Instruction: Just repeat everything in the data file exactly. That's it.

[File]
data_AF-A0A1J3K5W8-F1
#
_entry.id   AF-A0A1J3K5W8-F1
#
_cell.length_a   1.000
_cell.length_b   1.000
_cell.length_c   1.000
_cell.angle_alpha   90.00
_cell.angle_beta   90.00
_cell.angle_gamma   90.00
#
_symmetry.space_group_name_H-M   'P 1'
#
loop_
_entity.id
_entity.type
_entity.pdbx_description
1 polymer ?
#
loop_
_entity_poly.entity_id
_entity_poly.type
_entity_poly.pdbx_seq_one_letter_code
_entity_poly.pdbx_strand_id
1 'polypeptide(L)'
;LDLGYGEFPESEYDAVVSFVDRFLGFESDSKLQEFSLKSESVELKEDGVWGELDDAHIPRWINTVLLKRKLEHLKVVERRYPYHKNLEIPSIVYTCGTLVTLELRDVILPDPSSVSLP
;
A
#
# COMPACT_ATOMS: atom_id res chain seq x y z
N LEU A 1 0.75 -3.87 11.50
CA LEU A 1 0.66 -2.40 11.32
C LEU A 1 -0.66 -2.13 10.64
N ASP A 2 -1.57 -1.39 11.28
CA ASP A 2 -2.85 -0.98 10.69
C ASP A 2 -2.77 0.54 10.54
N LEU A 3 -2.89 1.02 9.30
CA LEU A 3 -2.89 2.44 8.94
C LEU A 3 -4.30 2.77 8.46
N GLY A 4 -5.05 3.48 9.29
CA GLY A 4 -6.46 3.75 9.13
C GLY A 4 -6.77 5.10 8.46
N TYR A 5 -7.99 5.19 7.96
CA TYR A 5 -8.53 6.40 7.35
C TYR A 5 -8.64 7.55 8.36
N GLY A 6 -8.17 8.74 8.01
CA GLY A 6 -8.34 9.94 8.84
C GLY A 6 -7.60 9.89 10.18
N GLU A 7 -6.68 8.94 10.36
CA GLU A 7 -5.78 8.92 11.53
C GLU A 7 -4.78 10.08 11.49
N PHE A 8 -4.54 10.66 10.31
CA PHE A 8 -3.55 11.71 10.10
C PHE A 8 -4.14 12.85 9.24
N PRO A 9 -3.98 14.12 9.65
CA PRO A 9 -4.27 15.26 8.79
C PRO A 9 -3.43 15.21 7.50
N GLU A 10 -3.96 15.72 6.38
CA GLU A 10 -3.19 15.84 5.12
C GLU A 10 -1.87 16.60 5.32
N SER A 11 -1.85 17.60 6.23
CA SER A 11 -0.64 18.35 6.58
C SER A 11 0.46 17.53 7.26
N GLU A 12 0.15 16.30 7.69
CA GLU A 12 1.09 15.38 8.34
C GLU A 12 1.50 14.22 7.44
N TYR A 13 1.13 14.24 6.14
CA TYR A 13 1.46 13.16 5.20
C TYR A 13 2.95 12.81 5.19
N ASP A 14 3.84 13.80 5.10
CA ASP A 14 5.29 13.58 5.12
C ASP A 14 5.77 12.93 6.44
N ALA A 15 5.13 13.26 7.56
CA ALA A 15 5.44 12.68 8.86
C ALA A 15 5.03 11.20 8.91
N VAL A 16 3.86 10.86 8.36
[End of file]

data_AF-A0A1J3K5W8-F1
#
_entry.id   AF-A0A1J3K5W8-F1
#
_cell.length_a   1.000
_cell.length_b   1.000
_cell.length_c   1.000
_cell.angle_alpha   90.00
_cell.angle_beta   90.00
_cell.angle_gamma   90.00
#
_symmetry.space_group_name_H-M   'P 1'
#
loop_
_entity.id
_entity.type
_entity.pdbx_description
1 polymer ?
#
loop_
_entity_poly.entity_id
_entity_poly.type
_entity_poly.pdbx_seq_one_letter_code
_entity_poly.pdbx_strand_id
1 'polypeptide(L)'
;LDLGYGEFPESEYDAVVSFVDRFLGFESDSKLQEFSLKSESVELKEDGVWGELDDAHIPRWINTVLLKRKLEHLKVVERRYPYHKNLEIPSIVYTCGTLVTLELRDVILPDPSSVSLP
;
A
#
# COMPACT_ATOMS: atom_id res chain seq x y z
N LEU A 1 0.75 -3.87 11.50
CA LEU A 1 0.66 -2.40 11.32
C LEU A 1 -0.66 -2.13 10.64
N ASP A 2 -1.57 -1.39 11.28
CA ASP A 2 -2.85 -0.98 10.69
C ASP A 2 -2.77 0.54 10.54
N LEU A 3 -2.89 1.02 9.30
CA LEU A 3 -2.89 2.44 8.94
C LEU A 3 -4.30 2.77 8.46
N GLY A 4 -5.05 3.48 9.29
CA GLY A 4 -6.46 3.75 9.13
C GLY A 4 -6.77 5.10 8.46
N TYR A 5 -7.99 5.19 7.96
CA TYR A 5 -8.53 6.40 7.35
C TYR A 5 -8.64 7.55 8.36
N GLY A 6 -8.17 8.74 8.01
CA GLY A 6 -8.34 9.94 8.84
C GLY A 6 -7.60 9.89 10.18
N GLU A 7 -6.68 8.94 10.36
CA GLU A 7 -5.78 8.92 11.53
C GLU A 7 -4.78 10.08 11.49
N PHE A 8 -4.54 10.66 10.31
CA PHE A 8 -3.55 11.71 10.10
C PHE A 8 -4.14 12.85 9.24
N PRO A 9 -3.98 14.12 9.65
CA PRO A 9 -4.27 15.26 8.79
C PRO A 9 -3.43 15.21 7.50
N GLU A 10 -3.96 15.72 6.38
CA GLU A 10 -3.19 15.84 5.12
C GLU A 10 -1.87 16.60 5.32
N SER A 11 -1.85 17.60 6.23
CA SER A 11 -0.64 18.35 6.58
C SER A 11 0.46 17.53 7.26
N GLU A 12 0.15 16.30 7.69
CA GLU A 12 1.09 15.38 8.34
C GLU A 12 1.50 14.22 7.44
N TYR A 13 1.13 14.24 6.14
CA TYR A 13 1.46 13.16 5.20
C TYR A 13 2.95 12.81 5.19
N ASP A 14 3.84 13.80 5.10
CA ASP A 14 5.29 13.58 5.12
C ASP A 14 5.77 12.93 6.44
N ALA A 15 5.13 13.26 7.56
CA ALA A 15 5.44 12.68 8.86
C ALA A 15 5.03 11.20 8.91
N VAL A 16 3.86 10.86 8.36